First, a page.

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Lunch with Mangesh Padgaonkar : Delicious moments of my life

2
With Mangesh Padgaonkar and Ravi Paranjape

 

Almost all of us believe that spices and cook come together to make your food delicious. Mangesh Padgaonkar made me think over this. Now I say, spices, cook and sprouting discussions make your food delicious. As always, I was once again fortunate enough to have lunch with two great personalities, Mangesh Padgaonkar, one of the greatest poets Marathi language ever produced and Ravi Paranjape, a great painter of today’s time. I was working with a student group in our college and under the same entity, we had organized a poem reading reading session by Mangesh Padgaonkar. Ravi Paranjape was the guest of honour.

As expected, the programme was really hit and  the entire audience was mesmerised. I was attending such a session for first time in my life. I was  completely satisfied with the session but god put something more in my plate. After the session, we took both of our guests out for lunch. As I had already spent some time with Mangesh Padgaonkar on the day before, I was very much keen to listen to his first hand comments on  life. I had heard an old record where he delivered a talk about Osho. Other speakers who spoke in the series were Prof. Shivajirao Bhosale and Va. Pu. Kale, both of them very successful writers. Listening to these lectures was my first interaction with all three of these personalities. Shivajirao Bhosale and Va. Pu. Kale spoke irrelevant. Thoughts of Mangesh Padgaonkar were authentic and penetrating. This had doubled the respect for him.

The lunch was full of discussions. Mangesh Padgaonkar and Ravi Paranjape are old friends and hence, started with their familiar topics. The topics shifted from poetry to Old Monk to the life of poets and hardships faced by them in old days. He was telling us about the great poets of their time- the tremendous passion and the burning desire which these people had in their hearts. Whatever he was speaking, was touching my heart. The reason was simple; he was talking from the bottom of his heart. His views were his own views and not the borrowed ones. His experiences and memories were still fragrant.

In course of discussion, he told me,

“When I was young, I used to read out poems for few rupees. I wanted to see the world and roam around, but had no money. Right now, I have lacs of rupees with me, but its all useless. I cant use it anywhere…..”

I could understand the feelings by observing his 84 years old utterly expressive eyes. I was touched by the authenticity and simplicity of his shaky voice. I gave him a typical smile- which we use as a shield to escape such moments. While I was dragged into a whirl of thoughts, Mangesh Padgaonkar was back to his piece of fish, enjoying it to the fullest.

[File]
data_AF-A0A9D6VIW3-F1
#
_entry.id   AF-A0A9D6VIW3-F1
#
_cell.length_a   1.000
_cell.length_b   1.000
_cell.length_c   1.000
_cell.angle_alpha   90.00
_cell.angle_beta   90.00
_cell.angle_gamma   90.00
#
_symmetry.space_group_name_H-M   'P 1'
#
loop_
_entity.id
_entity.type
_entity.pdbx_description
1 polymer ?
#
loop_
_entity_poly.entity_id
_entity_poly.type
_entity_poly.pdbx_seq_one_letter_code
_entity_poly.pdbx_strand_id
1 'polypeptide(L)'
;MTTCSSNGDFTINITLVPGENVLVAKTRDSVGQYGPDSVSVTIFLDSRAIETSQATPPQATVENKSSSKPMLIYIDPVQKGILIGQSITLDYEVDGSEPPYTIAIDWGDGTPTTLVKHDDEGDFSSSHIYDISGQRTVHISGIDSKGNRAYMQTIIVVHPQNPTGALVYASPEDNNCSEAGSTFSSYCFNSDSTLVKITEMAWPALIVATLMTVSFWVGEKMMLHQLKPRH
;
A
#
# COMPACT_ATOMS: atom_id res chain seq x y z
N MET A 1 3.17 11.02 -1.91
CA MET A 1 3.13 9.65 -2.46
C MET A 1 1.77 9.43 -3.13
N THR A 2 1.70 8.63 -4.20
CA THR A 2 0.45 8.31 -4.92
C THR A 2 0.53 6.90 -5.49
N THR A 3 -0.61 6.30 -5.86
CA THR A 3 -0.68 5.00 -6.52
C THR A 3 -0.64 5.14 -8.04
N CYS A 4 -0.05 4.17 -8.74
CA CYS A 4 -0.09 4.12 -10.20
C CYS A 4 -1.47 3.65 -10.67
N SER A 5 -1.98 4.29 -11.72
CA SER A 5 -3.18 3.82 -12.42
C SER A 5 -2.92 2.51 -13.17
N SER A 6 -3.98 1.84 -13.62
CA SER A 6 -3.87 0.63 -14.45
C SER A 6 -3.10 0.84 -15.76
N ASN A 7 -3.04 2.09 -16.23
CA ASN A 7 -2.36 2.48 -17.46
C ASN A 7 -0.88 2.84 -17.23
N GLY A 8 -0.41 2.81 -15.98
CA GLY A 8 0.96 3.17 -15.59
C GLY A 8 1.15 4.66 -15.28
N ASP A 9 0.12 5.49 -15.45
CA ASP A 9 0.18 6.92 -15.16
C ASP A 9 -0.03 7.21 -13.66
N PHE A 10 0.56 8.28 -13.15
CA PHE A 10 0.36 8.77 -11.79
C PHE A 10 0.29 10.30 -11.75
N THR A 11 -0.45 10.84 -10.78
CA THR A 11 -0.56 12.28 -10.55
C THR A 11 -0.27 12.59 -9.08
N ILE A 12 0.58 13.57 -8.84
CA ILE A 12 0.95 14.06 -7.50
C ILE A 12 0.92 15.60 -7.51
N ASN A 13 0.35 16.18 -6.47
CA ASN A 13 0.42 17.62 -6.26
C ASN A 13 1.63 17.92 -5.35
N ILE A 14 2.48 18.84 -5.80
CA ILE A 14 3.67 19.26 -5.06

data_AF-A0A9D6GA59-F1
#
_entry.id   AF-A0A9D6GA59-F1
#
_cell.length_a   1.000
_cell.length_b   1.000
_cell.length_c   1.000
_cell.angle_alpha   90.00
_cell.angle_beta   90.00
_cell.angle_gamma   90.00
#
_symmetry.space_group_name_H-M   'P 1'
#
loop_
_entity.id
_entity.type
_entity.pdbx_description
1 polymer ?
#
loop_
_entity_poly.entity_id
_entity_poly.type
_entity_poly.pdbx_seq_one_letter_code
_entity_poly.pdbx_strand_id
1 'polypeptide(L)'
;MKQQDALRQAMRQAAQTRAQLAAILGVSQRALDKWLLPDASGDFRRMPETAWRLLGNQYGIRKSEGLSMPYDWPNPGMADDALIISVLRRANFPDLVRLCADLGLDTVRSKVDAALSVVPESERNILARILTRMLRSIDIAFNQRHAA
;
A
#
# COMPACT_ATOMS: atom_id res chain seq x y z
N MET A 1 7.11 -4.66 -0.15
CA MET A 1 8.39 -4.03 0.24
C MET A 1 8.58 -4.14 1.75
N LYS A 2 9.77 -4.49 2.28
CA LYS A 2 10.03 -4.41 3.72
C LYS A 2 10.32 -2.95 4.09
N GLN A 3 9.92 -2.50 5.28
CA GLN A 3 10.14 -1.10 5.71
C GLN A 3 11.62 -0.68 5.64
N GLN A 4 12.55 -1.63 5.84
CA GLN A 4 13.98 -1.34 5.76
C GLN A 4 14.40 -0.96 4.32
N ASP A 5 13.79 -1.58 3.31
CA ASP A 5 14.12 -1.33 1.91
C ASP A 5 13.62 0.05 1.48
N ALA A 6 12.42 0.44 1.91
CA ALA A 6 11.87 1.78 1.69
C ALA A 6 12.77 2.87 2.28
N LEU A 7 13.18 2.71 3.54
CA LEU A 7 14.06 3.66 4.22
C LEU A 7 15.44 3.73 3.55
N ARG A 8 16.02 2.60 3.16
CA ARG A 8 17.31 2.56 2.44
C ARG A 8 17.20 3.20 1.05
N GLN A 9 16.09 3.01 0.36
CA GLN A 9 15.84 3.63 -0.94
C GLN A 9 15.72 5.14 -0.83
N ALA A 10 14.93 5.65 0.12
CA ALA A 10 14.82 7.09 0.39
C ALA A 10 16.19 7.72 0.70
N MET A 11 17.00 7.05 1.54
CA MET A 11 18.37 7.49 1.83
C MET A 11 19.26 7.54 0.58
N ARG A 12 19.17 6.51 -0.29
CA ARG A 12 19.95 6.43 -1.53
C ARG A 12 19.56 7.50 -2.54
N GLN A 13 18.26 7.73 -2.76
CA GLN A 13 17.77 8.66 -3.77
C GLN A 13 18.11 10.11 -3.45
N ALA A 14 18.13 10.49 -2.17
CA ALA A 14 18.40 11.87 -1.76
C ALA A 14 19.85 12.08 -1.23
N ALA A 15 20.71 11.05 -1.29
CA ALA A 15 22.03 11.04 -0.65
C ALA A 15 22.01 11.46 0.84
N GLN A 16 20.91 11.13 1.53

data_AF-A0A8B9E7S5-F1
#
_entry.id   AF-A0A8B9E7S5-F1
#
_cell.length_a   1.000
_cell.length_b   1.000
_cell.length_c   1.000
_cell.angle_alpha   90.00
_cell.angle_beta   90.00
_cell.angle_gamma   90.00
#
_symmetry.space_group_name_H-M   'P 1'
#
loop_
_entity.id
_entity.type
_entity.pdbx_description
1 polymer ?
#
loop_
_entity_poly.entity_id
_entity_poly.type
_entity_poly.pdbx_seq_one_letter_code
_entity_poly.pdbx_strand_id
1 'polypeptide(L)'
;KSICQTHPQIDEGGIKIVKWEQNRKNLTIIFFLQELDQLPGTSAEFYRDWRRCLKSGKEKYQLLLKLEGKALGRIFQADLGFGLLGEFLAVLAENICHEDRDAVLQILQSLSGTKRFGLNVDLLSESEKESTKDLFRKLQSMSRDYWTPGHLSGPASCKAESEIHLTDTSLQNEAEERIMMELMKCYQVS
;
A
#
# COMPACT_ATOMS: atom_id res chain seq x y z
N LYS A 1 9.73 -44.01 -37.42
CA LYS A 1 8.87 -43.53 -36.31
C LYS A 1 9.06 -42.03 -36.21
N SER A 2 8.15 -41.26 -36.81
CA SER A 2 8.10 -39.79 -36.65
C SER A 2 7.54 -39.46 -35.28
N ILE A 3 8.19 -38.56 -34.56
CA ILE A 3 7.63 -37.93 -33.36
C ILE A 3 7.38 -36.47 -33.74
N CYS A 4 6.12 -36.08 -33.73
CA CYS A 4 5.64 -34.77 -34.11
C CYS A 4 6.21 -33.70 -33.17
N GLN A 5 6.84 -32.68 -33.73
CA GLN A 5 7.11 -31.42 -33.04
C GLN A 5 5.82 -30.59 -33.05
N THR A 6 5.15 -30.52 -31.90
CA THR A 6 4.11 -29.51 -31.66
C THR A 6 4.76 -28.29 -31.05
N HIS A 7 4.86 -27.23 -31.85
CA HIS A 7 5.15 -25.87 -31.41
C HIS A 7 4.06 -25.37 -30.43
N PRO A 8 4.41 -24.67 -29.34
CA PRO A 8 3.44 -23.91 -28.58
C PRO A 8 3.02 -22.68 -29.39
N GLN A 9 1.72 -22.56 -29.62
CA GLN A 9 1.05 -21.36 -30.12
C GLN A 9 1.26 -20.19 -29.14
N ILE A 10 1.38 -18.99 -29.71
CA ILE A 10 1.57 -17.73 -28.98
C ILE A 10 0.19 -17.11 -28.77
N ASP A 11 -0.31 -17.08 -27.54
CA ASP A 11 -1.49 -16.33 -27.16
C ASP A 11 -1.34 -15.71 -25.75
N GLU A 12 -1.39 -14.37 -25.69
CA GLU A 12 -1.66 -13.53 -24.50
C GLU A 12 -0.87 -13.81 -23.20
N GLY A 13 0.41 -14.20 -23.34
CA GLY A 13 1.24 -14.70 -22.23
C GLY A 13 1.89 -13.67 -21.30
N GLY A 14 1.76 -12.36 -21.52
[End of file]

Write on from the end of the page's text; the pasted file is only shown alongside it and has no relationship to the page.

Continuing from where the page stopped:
Previous article in this series-

My moments with Mangesh Padgaonkar- part1

My moments with Mangesh Padgaonkar-part 2

Categories
Personal Interviews

Interview: Dr. Naushad Forbes (Part 1)

Mandar- What keeps you so motivated?

Dr. Naushad Forbes Many years ago, I used to split my year between teaching a course in US and I would teach this course for about three months. I would spend rest of the year working here in the company and people used to ask me then what do you enjoy most? My answer was always, well, if you talk in the terms of the actual content of what I did, the actual minute- to- minute what you do, I really enjoyed the teaching.

Dr. Naushad Forbes
Dr. Naushad Forbes

I had this great group of students who had taken this course as an elective and who were really smart, bright, the young group with whom I spent all my time interacting with; it was a lot of fun.

But, I also felt, if I never went back to Stanford, it would be no worse a university. It will be just as great a university and as a result I felt I did more of a difference here. So in terms of what actually motivates me, it’s a long answer (laughs). It’s this combination; of this actual content of the job, what you do on a day-to-day basis may be not everything that you do but the great bulk of it, the majority of it should be the stuff that you enjoy and you take pleasure in. At the end of the day motivation is intrinsic to the job. No one from outside can motivate you. You have to feel motivated from within. You have to be self motivated. The only sustainable source of this motivation is the content of the job and the sense of making a difference. If you feel that what you are doing is helping to make something better, the something can be the world around you, the something can be an organization, results, something can be anything. The lives of people, because you are teaching them about classical music and I think that’s where motivation comes from. That desire to make a difference to people. And I am not trying to make any comment about making a difference. You can make a difference in an Akanksha sense where you are helping people who come from a disadvantaged background, ensuring that they will get a platform from which they can move ahead much more rapidly. One doesn’t need to make difference only by doing good social projects.

Part 2- Dr. Naushad Forbes commenting on the future scenario of India after ten years. Coming soon.